Health Services Research & Development

Veterans Crisis Line Badge
Go to the ORD website
Go to the QUERI website

Effects of Care Models to Improve General Medical Outcomes for Individuals with Serious Mental Illness

Click for list of published reports
Click for topic nomination form
Click for list of reports in progress

Subscribe to the
ESP Report RSS feed RSS feed icon
Effects of Care Models to Improve General Medical Outcomes for Individuals with Serious Mental Illness

Principal Investigator: Daniel W. Bradford, MD, MPH; Co-Investigators: Monica N. Slubicki, MD; Jennifer McDuffie, PhD; Amy Kilbourne, PhD; John W. Williams Jr., MD, MHSc

Evidence-based Synthesis Program (ESP) Center Durham VA Medical Center

Washington (DC): Department of Veterans Affairs; September 2011

Download PDF: Complete Report, Executive Summary, Report, Appendices


Summary / Overview

Individuals with serious mental illness (SMI) have shortened life expectancies relative to the general population to an extent that is not explained by unnatural causes such as suicide or accidents. Numerous studies show higher rates of acute and chronic illnesses, lower quality general medical care and worse outcomes in individuals with SMI. The issues that influence general medical outcomes for individuals with SMI are complex and overlapping and likely vary by disease state. Relevant factors can be categorized to include population characteristics, contextual and system factors, provider factors, and community resources. Interventions aimed at improving general medical outcomes in this population could be directed at any one, or several, of these factors. The organization of service delivery for individuals with SMI may be the most modifiable of the many factors that impact general medical outcomes in this population. In this review, we sought to evaluate models of care designed to improve general medical outcomes among individuals with SMI. We conducted a systematic review of the peer-reviewed literature to answer the following key questions (KQs):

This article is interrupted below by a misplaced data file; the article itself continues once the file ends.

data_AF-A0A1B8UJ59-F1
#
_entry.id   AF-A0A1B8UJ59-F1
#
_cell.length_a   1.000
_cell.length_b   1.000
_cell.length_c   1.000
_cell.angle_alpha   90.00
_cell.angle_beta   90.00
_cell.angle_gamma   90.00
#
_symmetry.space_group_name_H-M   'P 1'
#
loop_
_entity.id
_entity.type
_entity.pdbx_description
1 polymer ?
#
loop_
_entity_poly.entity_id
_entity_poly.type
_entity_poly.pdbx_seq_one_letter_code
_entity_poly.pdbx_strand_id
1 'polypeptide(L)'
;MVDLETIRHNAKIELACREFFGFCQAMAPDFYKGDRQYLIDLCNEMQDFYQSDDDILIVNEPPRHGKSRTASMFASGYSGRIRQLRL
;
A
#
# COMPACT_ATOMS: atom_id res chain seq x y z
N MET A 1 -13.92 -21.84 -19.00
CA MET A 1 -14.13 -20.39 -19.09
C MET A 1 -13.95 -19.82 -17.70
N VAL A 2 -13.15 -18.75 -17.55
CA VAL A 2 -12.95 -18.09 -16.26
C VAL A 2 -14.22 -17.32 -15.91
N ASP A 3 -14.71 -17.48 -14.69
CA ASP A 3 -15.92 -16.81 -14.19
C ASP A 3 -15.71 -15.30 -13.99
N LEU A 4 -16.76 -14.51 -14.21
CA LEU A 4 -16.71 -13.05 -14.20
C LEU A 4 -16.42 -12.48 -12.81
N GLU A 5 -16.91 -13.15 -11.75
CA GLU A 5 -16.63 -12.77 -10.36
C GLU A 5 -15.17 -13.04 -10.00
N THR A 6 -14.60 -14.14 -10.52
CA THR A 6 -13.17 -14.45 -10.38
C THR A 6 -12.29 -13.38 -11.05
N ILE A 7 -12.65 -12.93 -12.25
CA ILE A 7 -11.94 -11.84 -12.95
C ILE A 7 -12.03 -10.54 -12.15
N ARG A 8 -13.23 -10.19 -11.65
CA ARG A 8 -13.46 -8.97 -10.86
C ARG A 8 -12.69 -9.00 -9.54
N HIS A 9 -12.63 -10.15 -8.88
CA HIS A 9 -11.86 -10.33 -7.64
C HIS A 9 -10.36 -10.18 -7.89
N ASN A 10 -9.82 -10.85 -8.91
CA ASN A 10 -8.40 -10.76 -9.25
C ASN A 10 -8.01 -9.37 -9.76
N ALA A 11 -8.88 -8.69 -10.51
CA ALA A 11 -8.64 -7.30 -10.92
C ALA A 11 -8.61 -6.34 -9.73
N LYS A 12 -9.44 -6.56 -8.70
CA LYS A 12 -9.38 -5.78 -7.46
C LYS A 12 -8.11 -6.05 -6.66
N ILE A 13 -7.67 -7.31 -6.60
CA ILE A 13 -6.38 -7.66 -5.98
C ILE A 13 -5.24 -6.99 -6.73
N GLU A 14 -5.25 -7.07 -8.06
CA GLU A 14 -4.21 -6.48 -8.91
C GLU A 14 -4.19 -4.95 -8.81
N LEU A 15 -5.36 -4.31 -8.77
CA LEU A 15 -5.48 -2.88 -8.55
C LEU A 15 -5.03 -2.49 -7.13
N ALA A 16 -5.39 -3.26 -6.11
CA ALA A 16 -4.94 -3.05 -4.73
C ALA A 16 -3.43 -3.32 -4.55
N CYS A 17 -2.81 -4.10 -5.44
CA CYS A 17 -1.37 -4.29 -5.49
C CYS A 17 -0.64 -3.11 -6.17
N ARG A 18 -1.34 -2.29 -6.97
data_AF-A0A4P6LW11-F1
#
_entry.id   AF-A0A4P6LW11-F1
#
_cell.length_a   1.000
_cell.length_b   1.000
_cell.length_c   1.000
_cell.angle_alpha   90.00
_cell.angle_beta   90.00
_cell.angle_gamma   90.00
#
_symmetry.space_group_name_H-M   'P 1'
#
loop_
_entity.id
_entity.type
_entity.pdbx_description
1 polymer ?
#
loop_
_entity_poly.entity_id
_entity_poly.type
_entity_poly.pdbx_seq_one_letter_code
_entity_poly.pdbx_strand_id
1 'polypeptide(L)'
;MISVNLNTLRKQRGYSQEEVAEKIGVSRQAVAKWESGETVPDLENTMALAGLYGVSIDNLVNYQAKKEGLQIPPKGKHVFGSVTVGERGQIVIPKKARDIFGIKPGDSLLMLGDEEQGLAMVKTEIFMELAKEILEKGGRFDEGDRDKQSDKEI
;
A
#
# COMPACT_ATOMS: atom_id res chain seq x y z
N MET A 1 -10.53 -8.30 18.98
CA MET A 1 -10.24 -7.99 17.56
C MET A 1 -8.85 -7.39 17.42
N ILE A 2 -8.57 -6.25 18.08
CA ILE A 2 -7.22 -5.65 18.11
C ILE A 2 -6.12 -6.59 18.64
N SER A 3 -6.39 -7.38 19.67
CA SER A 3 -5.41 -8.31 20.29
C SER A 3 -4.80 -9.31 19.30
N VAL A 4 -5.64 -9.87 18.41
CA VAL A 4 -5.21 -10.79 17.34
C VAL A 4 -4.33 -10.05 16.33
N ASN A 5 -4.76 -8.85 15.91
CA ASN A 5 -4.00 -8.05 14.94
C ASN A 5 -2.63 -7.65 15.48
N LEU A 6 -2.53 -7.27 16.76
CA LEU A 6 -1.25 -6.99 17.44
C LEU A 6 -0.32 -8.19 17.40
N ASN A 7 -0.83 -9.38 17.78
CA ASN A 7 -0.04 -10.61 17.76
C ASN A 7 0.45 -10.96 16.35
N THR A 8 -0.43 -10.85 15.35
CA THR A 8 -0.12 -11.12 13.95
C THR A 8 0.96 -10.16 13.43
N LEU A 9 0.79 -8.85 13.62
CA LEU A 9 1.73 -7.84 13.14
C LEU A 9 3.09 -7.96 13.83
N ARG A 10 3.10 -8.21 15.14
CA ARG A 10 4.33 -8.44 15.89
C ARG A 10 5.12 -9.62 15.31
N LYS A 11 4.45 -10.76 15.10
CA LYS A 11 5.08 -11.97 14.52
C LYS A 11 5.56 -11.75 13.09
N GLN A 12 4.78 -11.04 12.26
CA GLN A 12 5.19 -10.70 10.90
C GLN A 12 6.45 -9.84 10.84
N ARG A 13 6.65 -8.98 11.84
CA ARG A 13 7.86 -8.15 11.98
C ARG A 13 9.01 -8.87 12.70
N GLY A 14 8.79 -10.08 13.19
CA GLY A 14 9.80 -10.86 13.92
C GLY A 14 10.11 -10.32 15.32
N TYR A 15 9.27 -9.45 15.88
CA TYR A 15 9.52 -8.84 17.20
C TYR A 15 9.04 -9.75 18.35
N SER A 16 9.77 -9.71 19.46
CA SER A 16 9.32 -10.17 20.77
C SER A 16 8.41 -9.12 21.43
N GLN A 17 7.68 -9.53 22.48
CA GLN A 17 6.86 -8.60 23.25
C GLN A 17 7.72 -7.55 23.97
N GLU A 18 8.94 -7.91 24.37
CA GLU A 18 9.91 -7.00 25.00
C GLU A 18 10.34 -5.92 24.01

Three key questions (KQs) guided this systematic review:

Key Question #1: What types of care models have been evaluated prospectively that integrate mental health care and primary medical care with the goal of improving general medical outcomes for individuals with serious mental illness (SMI)?

Key Question #2: Do models of integrated care for individuals with SMI improve the process of care for preventive services (e.g., colorectal cancer screening) and chronic disease management (e.g., annual eye examination in patients with diabetes mellitus [DM])?

Key Question #3: (3a) Do models of integrated care for individuals with SMI improve general functional status outcomes (e.g., as measured by SF-36) or disease-specific functional status outcomes (e.g., Seattle Angina Questionnaire) related to medical care for chronic medical conditions such as DM, hypertension, or heart failure? (3b) Do models of integrated care for individuals with SMI improve clinical outcomes related to preventive services (e.g., influenza rates) and chronic medical care (e.g., kidney disease, amputations, retinopathy in patients with coexisting DM)?

Key Question #4: What are the gaps in evidence for determining how best to integrate care to improve general medical outcomes for individuals with SMI?

See also